Oh Canada - Oh Orca (Canada Day, July 1)

For a long time several pods of Orcas have made their home in these waters off Washington State coast, the Gulf Islands, Salish Sea, Puget Sound and off Vancouver Island.  Orcas are not “killer whales”, a misnomer.  They belong to the Dolphin family (Delphinidae) and are the largest of Dolphins.  These black and white creatures are forceful and feared by seals and salmon, their prey.  Records show they have never attacked humans. Tourism has generated “whale watching” which is a popular part of the industry in this region.   
And yes, it’s called “whale watching”, because this is more sensational than “dolphin watching” I guess.  Lately the numbers of Orcas has dwindled by almost one-third.  Scientists don’t know why, but their guess is it has something to do with sonar sounding of US navy ships, less food sources, plus cruise ship noise and traffic.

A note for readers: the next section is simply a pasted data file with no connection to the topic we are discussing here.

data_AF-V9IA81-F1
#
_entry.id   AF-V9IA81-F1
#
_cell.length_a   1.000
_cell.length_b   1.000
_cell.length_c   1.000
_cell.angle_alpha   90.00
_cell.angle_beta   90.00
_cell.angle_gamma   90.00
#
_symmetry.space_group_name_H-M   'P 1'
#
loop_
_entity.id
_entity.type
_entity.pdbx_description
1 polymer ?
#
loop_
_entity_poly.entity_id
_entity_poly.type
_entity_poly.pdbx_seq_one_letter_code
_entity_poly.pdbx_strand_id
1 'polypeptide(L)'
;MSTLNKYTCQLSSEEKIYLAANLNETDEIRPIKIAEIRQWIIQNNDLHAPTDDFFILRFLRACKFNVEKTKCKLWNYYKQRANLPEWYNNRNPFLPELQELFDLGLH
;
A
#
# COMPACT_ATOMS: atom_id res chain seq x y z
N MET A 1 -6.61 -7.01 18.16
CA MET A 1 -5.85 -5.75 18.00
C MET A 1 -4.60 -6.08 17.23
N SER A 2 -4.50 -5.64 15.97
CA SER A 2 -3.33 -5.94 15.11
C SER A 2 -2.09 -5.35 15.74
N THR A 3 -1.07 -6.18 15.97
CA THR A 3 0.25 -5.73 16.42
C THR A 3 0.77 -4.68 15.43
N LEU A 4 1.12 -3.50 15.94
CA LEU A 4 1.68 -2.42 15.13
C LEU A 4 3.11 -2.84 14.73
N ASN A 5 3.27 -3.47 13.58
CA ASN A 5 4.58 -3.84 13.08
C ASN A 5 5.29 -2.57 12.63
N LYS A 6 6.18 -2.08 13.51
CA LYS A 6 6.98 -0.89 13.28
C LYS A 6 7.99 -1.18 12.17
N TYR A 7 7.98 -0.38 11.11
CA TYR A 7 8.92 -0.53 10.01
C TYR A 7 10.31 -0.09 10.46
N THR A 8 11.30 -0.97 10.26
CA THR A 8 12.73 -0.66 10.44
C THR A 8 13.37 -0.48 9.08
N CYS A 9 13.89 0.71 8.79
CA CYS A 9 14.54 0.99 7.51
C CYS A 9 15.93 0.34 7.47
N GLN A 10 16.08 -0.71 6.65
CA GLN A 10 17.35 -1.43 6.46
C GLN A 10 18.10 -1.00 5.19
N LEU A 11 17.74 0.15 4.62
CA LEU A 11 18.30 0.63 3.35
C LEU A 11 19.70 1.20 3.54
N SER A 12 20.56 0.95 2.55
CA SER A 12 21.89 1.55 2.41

Some members of the Human Family are so clever at times, manipulating, scheming and shrewd, especially politicians and some corporations. Take the plight of First Nations people. (Who on the West Coast have a longstanding respect and reverance for Orcas.)  Disease, high rates of suicide amongst youth, misery, living in third world conditions  – they are neglected by those in power.  Still victims of the Wild West Cowboys and Indians complex. But you wouldn’t get this impression when arriving in Canada at either Toronto or Vancouver airports.  There, visitors are welcomed with powerful symbolic works of art by the same people to whom we show indifference.  In that environment they are glorified. 
Although the pods of Orcas in these waters are dwindling, fear not, we have an Orca mother and calf right here at the picturesque inner harbour of Victoria. They’re located at a busy intersection beside the iconic Empress Hotel.   
Mother and calf are not alive of course, but done in a highly creative, ‘hedge-cutting’ manner.  This Orca hedge sculpture prompted me to do a post in the first place, today on "Canada Day".

Henri van Bentum